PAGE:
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Australia to have first access to glaucoma device

15/08/2018By Matthew Woodley
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Australia has become the first global market to gain access to a new type of minimally invasive glaucoma surgery (MIGS) device.

The Hydrus Microstent, designed to lower eye pressure for open-angle glaucoma patients, has been approved for use in Australia since 2013. However, its developer Ivantis chose to collect clinical data via a select group of surgeons who trialled its use under a registry study profile before taking it to market.

“We were building a database of clinical results in order to provide some real-world outcomes into the market when we launched,” managing director for Ivantis Asia Pacific, Mr Glen Burgess said.



“I use them quite frequently in people with mild, moderate and even sometimes advanced glaucoma.”
Graham Hay-Smith, Moreton Day Hospital

“We’ve since been granted prosthetics benefits listing approval so that patients can claim the product through private insurance and we received our first order last week.”

One of the local ophthalmologists involved in the trial was Dr Graham Hay-Smith, who estimated he had implanted around 150 of the devices over the past three years. Hay-Smith told Insight he was attracted to the safety profile of the Hydrus in comparison to more invasive procedures such as trabeculectomies.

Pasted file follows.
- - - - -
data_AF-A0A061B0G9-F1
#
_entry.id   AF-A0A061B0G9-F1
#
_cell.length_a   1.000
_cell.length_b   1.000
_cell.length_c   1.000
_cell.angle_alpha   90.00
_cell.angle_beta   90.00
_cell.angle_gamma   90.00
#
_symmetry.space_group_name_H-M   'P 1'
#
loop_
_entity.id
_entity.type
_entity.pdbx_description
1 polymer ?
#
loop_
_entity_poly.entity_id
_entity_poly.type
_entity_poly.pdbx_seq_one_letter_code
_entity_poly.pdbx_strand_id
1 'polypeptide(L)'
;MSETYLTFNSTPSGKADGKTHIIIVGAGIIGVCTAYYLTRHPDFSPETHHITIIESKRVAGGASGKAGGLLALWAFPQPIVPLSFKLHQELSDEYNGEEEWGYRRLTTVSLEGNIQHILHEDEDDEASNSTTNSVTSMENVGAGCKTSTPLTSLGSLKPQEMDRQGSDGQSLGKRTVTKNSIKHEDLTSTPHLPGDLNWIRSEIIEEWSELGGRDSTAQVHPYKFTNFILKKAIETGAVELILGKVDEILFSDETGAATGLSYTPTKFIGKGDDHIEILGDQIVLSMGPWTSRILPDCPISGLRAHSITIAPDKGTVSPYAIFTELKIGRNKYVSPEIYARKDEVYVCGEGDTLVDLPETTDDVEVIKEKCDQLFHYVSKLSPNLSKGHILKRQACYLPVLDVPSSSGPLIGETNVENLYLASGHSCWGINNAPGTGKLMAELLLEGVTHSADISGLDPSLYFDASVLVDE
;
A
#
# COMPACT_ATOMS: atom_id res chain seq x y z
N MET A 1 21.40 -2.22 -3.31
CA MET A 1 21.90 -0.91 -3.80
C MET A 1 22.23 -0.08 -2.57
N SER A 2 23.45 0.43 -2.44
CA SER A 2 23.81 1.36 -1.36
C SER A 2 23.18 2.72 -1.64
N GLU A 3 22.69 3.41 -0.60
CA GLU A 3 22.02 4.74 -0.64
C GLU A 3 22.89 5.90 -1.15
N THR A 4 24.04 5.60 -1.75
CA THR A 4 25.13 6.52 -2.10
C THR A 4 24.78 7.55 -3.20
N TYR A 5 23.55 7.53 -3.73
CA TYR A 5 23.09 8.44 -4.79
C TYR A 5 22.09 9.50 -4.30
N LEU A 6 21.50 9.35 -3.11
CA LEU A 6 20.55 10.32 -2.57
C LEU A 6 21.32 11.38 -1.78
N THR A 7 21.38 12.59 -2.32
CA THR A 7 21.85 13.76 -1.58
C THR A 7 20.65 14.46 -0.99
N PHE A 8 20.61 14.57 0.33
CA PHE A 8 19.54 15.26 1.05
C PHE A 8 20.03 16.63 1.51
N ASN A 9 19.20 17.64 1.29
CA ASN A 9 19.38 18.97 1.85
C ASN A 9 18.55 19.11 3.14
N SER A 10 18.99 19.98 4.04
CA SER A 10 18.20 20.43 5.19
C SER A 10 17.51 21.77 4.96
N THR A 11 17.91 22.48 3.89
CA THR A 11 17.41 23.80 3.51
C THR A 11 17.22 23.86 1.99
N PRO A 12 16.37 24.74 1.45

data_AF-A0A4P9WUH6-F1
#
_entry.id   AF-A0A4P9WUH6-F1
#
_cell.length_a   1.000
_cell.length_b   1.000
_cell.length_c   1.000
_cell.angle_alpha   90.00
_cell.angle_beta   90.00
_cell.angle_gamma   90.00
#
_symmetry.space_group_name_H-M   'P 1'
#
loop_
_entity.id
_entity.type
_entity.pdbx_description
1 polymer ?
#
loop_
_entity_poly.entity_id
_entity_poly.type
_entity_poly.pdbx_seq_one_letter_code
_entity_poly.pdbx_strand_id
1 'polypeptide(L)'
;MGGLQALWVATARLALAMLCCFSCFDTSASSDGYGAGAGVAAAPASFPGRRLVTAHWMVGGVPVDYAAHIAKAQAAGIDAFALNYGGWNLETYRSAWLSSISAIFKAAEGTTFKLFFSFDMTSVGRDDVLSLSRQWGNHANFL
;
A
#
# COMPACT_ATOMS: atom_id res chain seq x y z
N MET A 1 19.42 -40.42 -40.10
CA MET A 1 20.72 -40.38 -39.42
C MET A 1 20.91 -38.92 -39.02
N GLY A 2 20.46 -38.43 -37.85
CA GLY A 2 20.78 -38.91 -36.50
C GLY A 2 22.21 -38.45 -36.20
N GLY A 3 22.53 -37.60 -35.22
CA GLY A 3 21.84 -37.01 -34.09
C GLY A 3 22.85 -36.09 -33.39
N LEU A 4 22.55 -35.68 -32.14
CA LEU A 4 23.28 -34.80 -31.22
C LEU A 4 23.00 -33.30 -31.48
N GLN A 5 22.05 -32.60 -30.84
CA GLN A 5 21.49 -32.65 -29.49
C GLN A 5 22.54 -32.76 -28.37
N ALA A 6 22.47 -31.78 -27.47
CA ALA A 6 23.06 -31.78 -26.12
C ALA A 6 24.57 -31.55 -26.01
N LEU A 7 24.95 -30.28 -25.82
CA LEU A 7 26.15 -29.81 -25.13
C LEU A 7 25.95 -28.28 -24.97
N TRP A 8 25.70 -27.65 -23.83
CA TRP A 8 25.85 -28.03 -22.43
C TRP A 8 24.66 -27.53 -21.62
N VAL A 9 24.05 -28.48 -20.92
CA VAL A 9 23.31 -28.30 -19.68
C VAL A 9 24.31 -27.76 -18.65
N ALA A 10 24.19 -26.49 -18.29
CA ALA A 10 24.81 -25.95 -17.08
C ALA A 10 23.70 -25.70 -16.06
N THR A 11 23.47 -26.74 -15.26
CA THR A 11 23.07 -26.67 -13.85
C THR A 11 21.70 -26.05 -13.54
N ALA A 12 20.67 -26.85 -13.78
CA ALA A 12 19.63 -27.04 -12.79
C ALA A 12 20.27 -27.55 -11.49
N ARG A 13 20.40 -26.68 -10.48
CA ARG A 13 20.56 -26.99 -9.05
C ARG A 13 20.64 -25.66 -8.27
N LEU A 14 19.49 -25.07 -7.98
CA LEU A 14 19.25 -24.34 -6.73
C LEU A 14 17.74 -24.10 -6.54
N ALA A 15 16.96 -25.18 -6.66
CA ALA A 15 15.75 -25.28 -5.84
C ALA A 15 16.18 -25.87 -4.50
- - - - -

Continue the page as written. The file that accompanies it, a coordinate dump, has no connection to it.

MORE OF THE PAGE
“Although trabeculectomies are a good operation at a population level, it can be a very poor operation for the individual. It has high complications rates – I think it’s 23% back in hospital within the first three years as an unplanned emergency surgery,” Hay-Smith said.

“I emphasise to patients the lack of efficacy compared to trabeculectomy, but I think their safety profile is so high in comparison that I use them quite frequently in people with mild, moderate and even sometimes advanced glaucoma for patients for whom a trabeculectomy is no longer indicated.

“It’s not as effective as a shunt, or a tube, or a trabeculectomy, but they are effective – they do reduce pressures, sometimes quite markedly and particularly sometimes with tricky cases.”

Hay-Smith recently opened the Moreton Day Hospital in Brisbane, and he said working in private practice had also emphasised the potential benefits of the device.

“For a lot of surgeons like myself who are primarily in private practice without access to the full support of an eye emergency team, trabeculectomies are something that you don’t embark on lightly,” he explained.

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“We don’t know the long term results yet, we don’t know to what degree we may regret in the future using these devices, but it’s the same with them all, and I think that they just fit very well into my practice.”

FDA approval for the device was granted earlier this week, which will also see it commercialised in the US in the near future. Approval was based on the HORIZON Trial, which found 77% of patients in the Hydrus Microstent group achieved a statistically significant decrease of ≥20% reduction in unmedicated intraocular pressure at 24-months postoperative.

More reading: 

Australian first rural MIGS surgery a success

Ophthalmologists lobby minister over MIGS access

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